It is time for our elected officials at the local, state and national levels to stop politicizing the coronavirus and start leading us through it.
As an employee of the Department of Defense, I am bound by the Hatch Act. At the risk of losing my job, I cannot publicly comment on partisan politics. That said, I feel obliged to state broadly that our elected leaders must start doing what they were elected to do. I know they did not anticipate a challenge like this when they ran for office, and I do not relish the responsibility they now have — but if they didn’t imagine such trials would arise, they never should’ve sought the public trust.
This pandemic is an existential threat to our nation and a time of fear for countless families like mine. It is also a time for action; we cannot allow political disagreements (valid as they may be) to impede our fight. I understand the principles of liberty upon which our country was founded, and have spent 17 years (both in and out of uniform) proudly defending a system of governance by which every citizen rules the choices of his or her own life. But we are facing an enemy that has killed more than 150,000 Americans and is growing stronger, not weaker, with every passing day. At such a time, authoritative leadership is not at variance to our founding principles. On the contrary, firm direction can unite us in our hardship and strengthen our collective resolve to do whatever is necessary to vanquish the coronavirus threat once and for all. To that end, I have good news and bad.
The good news is that we already know what works. By prohibiting public gatherings, restricting in-person commerce and closing schools, most communities saw a sharp decline in cases through the months of April, May and June. With these social distancing measures largely lifted, we are now experiencing a frightening resurgence of cases, and beginning to worry again about overwhelming our medical infrastructure.
The bad news is that doing the right thing hurts. The public health measures necessary to break the pandemic’s chain of transmission wreak havoc on our economy and our way of life. Businesses fail. Families lose their livelihood. Children fall behind in their education. The suffering of our economy as a whole is only eclipsed by the individual suffering of the most vulnerable among us.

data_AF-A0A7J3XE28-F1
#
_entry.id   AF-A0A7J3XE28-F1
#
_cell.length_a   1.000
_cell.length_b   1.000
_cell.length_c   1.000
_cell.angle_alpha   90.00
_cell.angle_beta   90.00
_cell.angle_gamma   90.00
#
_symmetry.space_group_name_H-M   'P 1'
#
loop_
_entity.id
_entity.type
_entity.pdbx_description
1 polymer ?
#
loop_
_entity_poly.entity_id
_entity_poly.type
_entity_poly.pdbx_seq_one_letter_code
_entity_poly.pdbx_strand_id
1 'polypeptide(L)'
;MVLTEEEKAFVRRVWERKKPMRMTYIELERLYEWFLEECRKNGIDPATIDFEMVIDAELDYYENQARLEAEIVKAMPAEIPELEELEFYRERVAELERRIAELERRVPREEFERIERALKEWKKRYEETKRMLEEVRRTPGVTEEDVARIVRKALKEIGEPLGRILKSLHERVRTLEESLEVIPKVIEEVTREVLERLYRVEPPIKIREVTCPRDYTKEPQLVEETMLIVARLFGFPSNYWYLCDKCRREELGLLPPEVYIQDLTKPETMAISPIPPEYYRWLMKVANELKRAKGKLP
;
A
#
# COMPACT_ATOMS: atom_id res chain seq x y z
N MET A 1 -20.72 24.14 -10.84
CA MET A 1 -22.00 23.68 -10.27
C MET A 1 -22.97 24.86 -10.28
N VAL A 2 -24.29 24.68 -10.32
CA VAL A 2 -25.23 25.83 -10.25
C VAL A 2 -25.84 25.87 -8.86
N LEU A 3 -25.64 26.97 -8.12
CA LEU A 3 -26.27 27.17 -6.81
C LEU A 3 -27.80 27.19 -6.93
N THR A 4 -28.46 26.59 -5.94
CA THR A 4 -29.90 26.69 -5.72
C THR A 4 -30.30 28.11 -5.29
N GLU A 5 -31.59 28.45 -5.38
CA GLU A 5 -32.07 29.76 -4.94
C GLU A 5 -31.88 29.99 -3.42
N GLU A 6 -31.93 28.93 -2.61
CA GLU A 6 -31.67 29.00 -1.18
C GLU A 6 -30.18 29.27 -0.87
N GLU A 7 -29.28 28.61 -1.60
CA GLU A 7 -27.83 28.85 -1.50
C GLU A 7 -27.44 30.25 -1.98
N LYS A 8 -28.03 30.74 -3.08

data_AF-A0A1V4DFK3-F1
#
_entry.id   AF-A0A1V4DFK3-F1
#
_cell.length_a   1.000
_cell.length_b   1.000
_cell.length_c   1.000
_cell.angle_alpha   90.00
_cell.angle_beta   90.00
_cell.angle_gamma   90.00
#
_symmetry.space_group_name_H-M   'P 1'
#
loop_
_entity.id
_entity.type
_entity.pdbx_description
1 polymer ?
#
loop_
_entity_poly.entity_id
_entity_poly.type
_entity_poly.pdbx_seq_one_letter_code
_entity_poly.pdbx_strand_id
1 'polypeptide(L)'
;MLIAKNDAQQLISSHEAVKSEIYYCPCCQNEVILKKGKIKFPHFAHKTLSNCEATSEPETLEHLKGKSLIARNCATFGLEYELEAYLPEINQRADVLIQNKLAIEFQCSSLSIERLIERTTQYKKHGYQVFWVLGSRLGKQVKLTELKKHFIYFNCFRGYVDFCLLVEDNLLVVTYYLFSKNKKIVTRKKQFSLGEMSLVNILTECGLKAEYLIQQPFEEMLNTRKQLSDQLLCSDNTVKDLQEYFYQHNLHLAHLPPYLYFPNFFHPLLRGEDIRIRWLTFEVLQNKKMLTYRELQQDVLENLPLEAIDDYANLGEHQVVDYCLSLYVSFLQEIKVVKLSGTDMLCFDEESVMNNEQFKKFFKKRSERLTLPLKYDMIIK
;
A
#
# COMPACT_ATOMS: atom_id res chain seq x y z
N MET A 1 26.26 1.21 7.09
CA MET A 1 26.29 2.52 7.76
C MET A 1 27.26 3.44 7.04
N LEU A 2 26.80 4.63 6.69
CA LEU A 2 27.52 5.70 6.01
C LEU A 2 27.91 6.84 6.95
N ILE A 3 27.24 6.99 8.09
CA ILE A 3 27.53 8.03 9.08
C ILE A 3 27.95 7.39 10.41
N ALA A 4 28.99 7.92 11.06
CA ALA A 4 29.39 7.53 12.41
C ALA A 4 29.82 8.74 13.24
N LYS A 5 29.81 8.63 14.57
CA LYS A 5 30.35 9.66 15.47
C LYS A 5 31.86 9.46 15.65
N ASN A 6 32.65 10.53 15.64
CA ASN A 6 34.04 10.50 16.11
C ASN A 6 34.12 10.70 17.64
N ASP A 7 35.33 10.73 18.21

While this suffering will not last forever, it is clear the economic uncertainty will persist until the pandemic is squarely behind us. Half-earned steps to reopen the economy, taken while ignoring the underlying threat, reap small gains that are quickly washed away by the rising tide of infection. Decisions to lift social distancing measures at the first signs of improvement were emotionally driven and premature. Those steps may have briefly eased some hardship, but as a result, we are right back where we were in the early days of the pandemic; cases are rising (again), hospitals are struggling (again), and we still don’t understand the long-term effects of the virus or have a cure.
The only difference between March and August is that, somewhere along the way, Americans lost their resolve. People collectively decided that they are done sacrificing their daily routines in order to beat this thing. The nation has meandered back to the same precipice where we stood five months ago, but this time we are each standing there alone, without any idea what to do.
That is where leadership comes in.
This is the time for leaders to step up. No more deferring the hard decisions. No more passing the buck downward to the state, the city, the individual. Elected leaders must do what is necessary to save lives. They should cast aside all political considerations and use science to guide their decisions. They should rally us to make the sacrifices necessary to win this war. Their popularity with their political base may suffer as a result, but can that truly be the first concern right now? If so, there is still time to change course before history judges them eternally.
Kirk Pedersen is a St. Louisan, veteran and an analyst with the Defense Intelligence Agency.